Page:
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Inaugural Brian O'Connell Visiting Fellows Lecture

Organic Solar Cells for Africa’s Future: Daniel Egbe Delivers Brian O’Connell Visiting Fellows Lecture

“The appropriate use of abundant solar energy can be regarded as a solution to the African energy problem - but this will require highly qualified and coordinated human resources and research at all levels.”

So said Johannes Kepler University Linz Professor Daniel Egbe, delivering the inaugural Brian O’Connell Visiting Fellows Lecture at the University of the Western Cape on 30 March 2016.

Prof Egbe’s lecture*, on Designing Organic Materials for Optoelectronics and Low-Cost Solar Cell Applications - Benefits for Africa, provided an overview of the state of energy and solar concerns in Africa and worldwide, covering everything from the laws of thermodynamics to synthetic methods of conjugating polymers to organic light-emitting diodes and organic solar cell parameters.

Less than 40% of sub-Saharan Africans have access to electricity, and the lack of energy and infrastructure has a negative effect on development efforts. But Africa cannot embark on the same developmental path as Europe, USA and China by relying mostly on non-environmentally-friendly energy sources - not if the continent is to achieve its Sustainable Development Goals and the resolution of COP 21 to maintain the global temperature rise at 1.5oC or below.

The solution is simple, said Prof Egbe - using the sun as an energy source. “We have massive solar potential here on Earth - every hour, the sun bathes the planet with enough energy to satisfy global energy needs for a year,” he noted. “And Africa has vast deserts, copious sunlight, and comparatively clear skies - the recipe for greatness in solar energy provision, if we develop the human capacity to do the research and development needed.”

And building that capacity, and performing that research, is Prof Egbe‘s calling. His main research interest as a professor at JKU Linz is the design of semiconducting materials for optoelectronic applications, including photovoltaics (he has produced more than 150 peer-reviewed articles). And as the initiator of the African Network for Solar Energy (ANSOLE), he helps coordinate a platform of exchange for those who are devoted to promoting the use of various renewable energy forms to address the acute energy problem in Africa, while preserving and protecting the environment.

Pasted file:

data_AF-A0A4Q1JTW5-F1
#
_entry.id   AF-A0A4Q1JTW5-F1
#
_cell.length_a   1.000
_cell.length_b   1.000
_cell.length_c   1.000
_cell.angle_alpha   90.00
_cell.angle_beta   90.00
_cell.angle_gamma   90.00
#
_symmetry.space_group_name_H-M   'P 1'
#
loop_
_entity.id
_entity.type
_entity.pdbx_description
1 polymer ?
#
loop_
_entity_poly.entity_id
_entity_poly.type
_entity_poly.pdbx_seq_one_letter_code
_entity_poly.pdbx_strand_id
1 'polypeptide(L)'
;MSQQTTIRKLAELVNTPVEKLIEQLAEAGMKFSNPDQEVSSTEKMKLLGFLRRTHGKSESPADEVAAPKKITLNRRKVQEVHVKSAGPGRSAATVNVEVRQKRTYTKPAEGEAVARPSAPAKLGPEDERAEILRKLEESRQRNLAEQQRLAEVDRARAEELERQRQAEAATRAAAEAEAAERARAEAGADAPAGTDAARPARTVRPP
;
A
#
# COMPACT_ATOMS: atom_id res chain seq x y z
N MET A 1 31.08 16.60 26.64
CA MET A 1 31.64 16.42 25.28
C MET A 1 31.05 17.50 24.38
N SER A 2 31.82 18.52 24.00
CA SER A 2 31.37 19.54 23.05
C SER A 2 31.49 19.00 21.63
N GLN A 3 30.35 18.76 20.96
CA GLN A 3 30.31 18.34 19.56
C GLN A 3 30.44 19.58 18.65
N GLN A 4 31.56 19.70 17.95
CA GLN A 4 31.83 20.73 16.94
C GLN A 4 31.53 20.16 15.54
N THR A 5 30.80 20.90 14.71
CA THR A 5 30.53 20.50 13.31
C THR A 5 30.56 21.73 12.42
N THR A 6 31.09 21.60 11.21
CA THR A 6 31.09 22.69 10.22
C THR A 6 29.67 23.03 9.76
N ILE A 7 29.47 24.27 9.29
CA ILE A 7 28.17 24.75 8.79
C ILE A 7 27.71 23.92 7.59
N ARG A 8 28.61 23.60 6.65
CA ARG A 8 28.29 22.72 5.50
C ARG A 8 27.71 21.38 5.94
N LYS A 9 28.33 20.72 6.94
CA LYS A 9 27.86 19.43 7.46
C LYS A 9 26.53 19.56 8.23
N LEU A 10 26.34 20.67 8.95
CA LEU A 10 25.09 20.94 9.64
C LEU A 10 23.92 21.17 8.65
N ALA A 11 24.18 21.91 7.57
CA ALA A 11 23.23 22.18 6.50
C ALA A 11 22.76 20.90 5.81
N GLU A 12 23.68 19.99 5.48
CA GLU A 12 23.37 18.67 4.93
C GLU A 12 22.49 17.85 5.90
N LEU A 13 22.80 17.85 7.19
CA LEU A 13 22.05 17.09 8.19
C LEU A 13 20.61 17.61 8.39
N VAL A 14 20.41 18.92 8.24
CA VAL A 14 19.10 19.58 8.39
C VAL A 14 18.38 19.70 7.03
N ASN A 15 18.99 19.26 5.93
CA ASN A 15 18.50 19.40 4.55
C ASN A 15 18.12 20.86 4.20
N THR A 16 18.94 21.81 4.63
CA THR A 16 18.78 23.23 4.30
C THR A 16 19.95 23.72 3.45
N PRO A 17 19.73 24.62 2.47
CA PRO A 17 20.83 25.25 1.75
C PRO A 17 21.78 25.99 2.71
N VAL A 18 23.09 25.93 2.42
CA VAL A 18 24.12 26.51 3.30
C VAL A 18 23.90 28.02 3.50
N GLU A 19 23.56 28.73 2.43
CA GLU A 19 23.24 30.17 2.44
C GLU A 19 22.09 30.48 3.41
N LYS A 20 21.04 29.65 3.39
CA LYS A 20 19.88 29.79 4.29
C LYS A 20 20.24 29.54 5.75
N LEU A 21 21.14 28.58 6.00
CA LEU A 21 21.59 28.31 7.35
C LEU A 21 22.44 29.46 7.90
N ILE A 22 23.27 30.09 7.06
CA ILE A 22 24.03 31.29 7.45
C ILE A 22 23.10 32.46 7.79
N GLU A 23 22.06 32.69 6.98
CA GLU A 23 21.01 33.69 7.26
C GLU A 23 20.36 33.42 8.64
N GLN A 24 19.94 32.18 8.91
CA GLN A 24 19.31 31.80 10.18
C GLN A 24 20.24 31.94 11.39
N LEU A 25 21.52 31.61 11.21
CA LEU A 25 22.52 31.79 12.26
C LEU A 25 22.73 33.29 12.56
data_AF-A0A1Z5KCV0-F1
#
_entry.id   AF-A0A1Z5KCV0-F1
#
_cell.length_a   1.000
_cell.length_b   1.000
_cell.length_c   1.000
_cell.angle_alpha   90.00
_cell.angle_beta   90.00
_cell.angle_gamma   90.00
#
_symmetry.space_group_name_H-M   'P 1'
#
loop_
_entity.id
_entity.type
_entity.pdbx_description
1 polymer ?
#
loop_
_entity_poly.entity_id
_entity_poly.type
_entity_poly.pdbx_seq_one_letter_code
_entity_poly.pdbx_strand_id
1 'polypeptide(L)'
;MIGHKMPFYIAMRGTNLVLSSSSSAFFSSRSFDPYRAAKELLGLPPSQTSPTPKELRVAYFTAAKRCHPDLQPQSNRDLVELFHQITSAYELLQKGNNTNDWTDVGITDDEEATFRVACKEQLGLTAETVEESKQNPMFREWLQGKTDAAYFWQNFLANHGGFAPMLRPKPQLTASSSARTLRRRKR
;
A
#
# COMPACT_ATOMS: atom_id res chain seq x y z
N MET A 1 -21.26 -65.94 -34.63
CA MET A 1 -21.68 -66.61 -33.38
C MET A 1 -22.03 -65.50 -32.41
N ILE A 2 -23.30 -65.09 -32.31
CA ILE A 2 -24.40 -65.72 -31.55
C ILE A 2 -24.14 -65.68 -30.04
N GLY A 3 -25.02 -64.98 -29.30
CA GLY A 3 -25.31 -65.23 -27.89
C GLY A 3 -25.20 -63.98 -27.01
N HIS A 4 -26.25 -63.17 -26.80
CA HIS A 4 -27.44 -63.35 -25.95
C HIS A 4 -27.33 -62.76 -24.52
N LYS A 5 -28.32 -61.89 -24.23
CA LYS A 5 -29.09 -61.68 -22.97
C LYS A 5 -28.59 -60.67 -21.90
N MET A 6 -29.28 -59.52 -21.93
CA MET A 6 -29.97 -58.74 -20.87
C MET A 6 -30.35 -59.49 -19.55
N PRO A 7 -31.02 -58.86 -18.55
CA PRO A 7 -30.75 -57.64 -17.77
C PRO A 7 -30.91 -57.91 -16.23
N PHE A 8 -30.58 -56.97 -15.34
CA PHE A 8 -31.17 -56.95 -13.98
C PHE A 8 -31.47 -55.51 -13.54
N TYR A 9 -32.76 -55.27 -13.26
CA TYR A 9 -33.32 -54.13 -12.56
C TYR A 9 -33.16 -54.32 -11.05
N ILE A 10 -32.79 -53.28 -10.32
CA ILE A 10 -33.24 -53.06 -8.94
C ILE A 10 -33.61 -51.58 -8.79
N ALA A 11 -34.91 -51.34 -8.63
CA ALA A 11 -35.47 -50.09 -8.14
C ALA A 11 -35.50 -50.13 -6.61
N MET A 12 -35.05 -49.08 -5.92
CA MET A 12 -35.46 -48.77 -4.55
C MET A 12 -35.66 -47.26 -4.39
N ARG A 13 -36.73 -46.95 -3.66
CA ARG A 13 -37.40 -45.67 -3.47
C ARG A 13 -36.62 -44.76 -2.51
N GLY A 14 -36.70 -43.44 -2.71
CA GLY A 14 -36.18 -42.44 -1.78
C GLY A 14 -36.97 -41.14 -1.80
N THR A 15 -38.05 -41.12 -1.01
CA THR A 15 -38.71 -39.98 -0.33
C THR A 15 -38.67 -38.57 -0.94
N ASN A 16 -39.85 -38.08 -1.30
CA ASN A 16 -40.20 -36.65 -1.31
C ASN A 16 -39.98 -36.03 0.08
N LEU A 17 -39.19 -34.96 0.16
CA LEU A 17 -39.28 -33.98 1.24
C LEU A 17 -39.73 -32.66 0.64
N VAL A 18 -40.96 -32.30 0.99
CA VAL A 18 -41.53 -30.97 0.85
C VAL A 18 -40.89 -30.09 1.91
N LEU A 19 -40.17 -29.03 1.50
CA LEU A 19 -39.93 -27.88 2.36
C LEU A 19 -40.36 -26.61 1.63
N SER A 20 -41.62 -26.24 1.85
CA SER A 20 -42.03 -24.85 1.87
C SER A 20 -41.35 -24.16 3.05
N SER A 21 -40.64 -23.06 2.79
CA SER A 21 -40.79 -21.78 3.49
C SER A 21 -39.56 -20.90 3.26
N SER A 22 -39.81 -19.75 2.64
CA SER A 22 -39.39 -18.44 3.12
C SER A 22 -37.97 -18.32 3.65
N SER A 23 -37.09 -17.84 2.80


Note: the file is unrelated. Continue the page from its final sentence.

Scholarship for Africa and the World

The prestigious Brian O'Connell Visiting Fellowship for Scholars from the African diaspora, established via a grant from the Kresge Foundation and the Atlantic Philanthropies, is reserved for distinguished scholars from the African diaspora who are working in Africa or in other countries.

Prof Egbe is certainly a good example of that: Hailing from Cameroon, he obtained his BSc in Physics and Chemistry in 1991 at the University of Yaounde, Cameroon, before moving to Germany where he obtained a MSc and PhD in Chemistry in 1995 and 1999, respectively. He completed his "Habilitation" in Organic Chemistry at the same institution in 2006, before extended scientific stays at the Max Planck Institute for Polymer Research in Mainz, Germany (02/2006-08/2006), at the Technical University of Eindhoven in Holland (2006-2007) and at the Technical University of Chemnitz, Germany (2007-2008). Since 2009, he has been a member of the Linz Institute for Organic Solar Cells of the Johannes Kepler University, Linz, Austria.

The Visiting Scholar Fellowship is given in honour of UWC’s former Vice-Chancellor, in recognition of his contribution to higher education in South Africa and beyond - Prof O’Connell served UWC as Rector and Vice-Chancellor for 13 years before retiring at the end of 2014, and has also served on a national level in several fora and on higher education committees.

“This Fellowship is in many ways an extension of Prof O’Connell’s immense legacy,” said Prof Tyrone Pretorius, Prof O’Connell’s successor as Vice-Chancellor of UWC. “When he took office, UWC was in dire straits, hardly featuring among research institutions in South Africa. Today, we are one of the country’s top 5 universities, the top 7 on the continent, and the top 100 in BRICS, and we are able to celebrate the contributions of scientists like Prof Egbe, who contribute immensely to the improvement of the condition of humankind.”

“Every epoch has the burden and responsibility of understanding its own challenges. Danger arrives when the environment changes and we aren’t prepared - and we don’t adapt,” noted Prof O’Connell. “As with the dinosaurs and the meteor that ended their long domination, or the Mayans, who succumbed to a long drought despite all their accomplishments - because they couldn’t change their thinking to understand the realities facing them.”

Our reality, he noted, includes the HIV epidemic, economic challenges, and above all, climate change - energy concerns, water shortages, rising water levels. To deal with these, he said, we need to have a strong intellectual culture.

“Our great challenge is to shift the minds of the majority of South Africans to embrace change through science, in the shortest possible time and with the help of the best possible models,” he explained. “We need thinkers with a global picture and an affinity for the challenges facing South Africa, Africa and the world - and who can respond appropriately. And we need to get these luminaries of African descent into the universities, sharing their work and their vision.”

“There’s still a lot of work to be done,” added Prof Egbe, “and African universities definitely have a part to play in that.”

*Want to know more? Download Prof Egbe’s lecture here.